Report Uncovers Key Trends In Water Resources Research
Amsterdam. Holland (SPX) Mar 25, 2011
The report "Confronting the Global Water Crisis through Research - 2010", carried out by Elsevier, reveals the increasingly international and strategic nature of water resources research.
Examining major trends in water research at the international, national and institutional levels, the report highlights the escalation in the article output of countries conducting water resources research and the expansion of such research into strategic disciplines.
Elsevier used Scopus data and one of the solutions from its performance and planning suite, SciVal Spotlight, to develop a detailed analysis of country and institutional strengths in the field.
"Most countries realize the importance of multidisciplinary research in water research as they face climate change and population growth," said Dr. Christiane Barranguet, Executive Publisher of Elsevier Aquatic Sciences.
"This is reflected by the nearly 30% annual growth rate in global water resources research from 2000 to 2009, as countries increasingly look to science to find answers to pressing questions regarding local and global water resources demands."
Key findings from the report include:
The Emergence of China
From 2003 to 2010, the number of articles published on water resources research from institutions in China increased by 28% annually while the number of articles published by U.S. institutions increased at a rate of 11%.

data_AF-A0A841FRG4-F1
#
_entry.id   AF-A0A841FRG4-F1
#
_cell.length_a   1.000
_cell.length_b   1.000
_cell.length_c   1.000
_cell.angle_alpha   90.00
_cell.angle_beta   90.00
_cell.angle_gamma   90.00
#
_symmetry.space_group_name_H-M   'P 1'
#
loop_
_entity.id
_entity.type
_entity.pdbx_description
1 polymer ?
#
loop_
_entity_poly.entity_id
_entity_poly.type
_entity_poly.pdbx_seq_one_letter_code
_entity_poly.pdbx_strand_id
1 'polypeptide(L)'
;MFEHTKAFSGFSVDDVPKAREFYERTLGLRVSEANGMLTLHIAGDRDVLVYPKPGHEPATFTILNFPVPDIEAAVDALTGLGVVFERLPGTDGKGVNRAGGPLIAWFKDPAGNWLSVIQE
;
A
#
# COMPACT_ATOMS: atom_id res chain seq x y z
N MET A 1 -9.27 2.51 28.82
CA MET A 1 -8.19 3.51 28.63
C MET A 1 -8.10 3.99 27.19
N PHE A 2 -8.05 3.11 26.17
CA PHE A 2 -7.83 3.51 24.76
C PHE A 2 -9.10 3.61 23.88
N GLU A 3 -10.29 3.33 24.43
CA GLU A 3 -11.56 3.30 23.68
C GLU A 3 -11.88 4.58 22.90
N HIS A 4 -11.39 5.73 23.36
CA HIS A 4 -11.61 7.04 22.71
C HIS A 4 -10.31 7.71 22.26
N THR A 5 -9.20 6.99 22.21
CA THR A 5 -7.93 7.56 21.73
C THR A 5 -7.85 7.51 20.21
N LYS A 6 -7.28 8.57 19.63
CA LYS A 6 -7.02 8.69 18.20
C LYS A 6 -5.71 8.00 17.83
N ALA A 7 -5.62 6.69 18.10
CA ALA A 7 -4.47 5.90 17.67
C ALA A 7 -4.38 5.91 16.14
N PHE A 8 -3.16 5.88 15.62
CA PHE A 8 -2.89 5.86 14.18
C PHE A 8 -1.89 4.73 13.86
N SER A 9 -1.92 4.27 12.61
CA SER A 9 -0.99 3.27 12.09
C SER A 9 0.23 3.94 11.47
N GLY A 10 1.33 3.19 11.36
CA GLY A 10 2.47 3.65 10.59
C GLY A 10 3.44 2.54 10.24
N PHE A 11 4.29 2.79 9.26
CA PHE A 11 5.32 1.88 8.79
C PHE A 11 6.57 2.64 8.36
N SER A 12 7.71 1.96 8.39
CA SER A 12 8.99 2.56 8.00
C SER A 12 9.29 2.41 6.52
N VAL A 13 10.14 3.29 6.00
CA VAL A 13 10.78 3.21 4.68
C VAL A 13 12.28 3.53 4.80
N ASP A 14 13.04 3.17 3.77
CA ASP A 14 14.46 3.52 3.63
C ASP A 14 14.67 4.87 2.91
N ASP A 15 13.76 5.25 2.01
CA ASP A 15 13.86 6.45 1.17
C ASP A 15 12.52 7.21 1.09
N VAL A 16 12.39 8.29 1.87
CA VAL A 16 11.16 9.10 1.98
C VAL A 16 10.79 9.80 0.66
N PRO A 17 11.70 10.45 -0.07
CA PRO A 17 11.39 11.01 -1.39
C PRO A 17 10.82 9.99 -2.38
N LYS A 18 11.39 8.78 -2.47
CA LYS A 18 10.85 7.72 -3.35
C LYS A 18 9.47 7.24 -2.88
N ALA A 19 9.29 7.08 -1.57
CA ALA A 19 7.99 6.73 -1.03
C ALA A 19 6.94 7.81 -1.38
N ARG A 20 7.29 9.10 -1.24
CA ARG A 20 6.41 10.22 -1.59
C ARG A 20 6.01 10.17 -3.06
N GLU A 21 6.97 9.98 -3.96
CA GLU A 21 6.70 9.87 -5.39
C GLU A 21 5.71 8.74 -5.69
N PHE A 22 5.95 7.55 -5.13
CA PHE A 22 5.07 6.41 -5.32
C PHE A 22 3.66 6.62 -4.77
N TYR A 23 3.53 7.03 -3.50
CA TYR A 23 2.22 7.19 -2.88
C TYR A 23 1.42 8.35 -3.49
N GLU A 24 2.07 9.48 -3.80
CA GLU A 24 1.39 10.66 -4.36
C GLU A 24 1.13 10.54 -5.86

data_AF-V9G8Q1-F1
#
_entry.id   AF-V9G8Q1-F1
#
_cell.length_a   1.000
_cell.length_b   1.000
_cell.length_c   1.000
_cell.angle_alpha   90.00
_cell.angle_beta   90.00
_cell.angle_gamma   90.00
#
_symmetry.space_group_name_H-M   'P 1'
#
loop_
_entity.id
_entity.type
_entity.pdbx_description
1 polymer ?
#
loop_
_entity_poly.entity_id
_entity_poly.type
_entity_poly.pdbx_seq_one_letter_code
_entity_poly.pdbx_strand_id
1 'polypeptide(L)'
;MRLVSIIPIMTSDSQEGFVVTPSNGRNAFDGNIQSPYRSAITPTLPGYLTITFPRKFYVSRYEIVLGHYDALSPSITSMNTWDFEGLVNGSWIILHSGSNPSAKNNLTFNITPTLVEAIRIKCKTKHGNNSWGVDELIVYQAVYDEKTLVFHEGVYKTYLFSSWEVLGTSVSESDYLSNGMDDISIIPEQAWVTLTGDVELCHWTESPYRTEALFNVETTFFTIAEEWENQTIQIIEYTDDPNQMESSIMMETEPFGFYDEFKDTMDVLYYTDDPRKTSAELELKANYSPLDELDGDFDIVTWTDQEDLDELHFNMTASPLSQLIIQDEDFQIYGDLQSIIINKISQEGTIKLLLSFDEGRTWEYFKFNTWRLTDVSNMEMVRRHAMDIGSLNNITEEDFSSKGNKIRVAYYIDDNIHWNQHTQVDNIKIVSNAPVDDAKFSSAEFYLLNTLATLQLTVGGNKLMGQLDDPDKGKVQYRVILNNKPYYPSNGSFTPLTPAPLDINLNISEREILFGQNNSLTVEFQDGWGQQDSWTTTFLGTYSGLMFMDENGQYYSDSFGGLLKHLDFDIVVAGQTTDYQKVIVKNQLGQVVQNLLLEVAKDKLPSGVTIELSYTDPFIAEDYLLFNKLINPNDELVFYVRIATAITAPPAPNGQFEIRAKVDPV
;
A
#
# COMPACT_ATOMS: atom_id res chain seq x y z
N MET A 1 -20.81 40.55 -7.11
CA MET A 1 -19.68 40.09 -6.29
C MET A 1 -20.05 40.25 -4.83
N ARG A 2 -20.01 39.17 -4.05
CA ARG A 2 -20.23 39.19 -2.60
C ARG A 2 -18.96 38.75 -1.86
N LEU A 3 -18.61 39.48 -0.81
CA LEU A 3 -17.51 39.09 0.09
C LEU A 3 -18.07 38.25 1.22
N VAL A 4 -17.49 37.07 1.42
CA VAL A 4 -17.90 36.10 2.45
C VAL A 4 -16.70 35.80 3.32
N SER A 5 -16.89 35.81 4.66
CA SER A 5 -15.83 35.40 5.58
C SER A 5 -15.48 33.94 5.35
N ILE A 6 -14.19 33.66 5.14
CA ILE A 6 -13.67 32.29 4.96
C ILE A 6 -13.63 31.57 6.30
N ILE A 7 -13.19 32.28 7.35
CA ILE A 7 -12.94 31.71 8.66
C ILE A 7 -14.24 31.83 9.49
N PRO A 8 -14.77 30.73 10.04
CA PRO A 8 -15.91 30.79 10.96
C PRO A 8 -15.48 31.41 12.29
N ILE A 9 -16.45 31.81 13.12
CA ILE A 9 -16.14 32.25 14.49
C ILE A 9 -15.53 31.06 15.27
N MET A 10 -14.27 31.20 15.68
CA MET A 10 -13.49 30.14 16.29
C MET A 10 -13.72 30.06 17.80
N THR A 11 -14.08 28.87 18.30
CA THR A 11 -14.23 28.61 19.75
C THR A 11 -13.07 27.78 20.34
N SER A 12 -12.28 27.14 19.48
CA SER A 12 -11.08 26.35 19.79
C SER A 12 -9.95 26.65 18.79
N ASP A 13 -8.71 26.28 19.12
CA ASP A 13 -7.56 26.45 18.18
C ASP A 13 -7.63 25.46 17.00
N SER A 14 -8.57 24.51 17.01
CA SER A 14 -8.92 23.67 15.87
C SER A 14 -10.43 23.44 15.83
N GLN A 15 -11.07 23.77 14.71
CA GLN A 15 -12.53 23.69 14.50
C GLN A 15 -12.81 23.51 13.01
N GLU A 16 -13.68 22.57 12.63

If a straight-line growth trend is assumed, China will surpass the U.S. in the number of articles published on water resources research in 2014.
The data indicates a rapid growth of water resources research throughout the world, including some countries where until recently, there was very little of such research.
Faced with economic expansion, rising populations and growing industrialization, countries such as Iran, India, Russia, South Africa, Brazil and Mexico have experienced severe water problems and have subsequently seen dynamic increases in water research.
For example, Iran produced only 12 papers on water resources between 1970 and 2000, but produced more than 60 papers each year from 2005 to 2008.
While environmental sciences, earth sciences, engineering and biological sciences continue to dominate the field, disciplines such as economics, math, computer science, chemistry and biochemistry are rapidly expanding into water research. Economics in particular, has seen significant growth.
From 2004 to 2008, the annual growth rate in economics articles within water resources research was 100%. The rise of these disciplines highlights the changing interests of governments and grant-making institutions as they work to solve a variety of problems associated with water resources.
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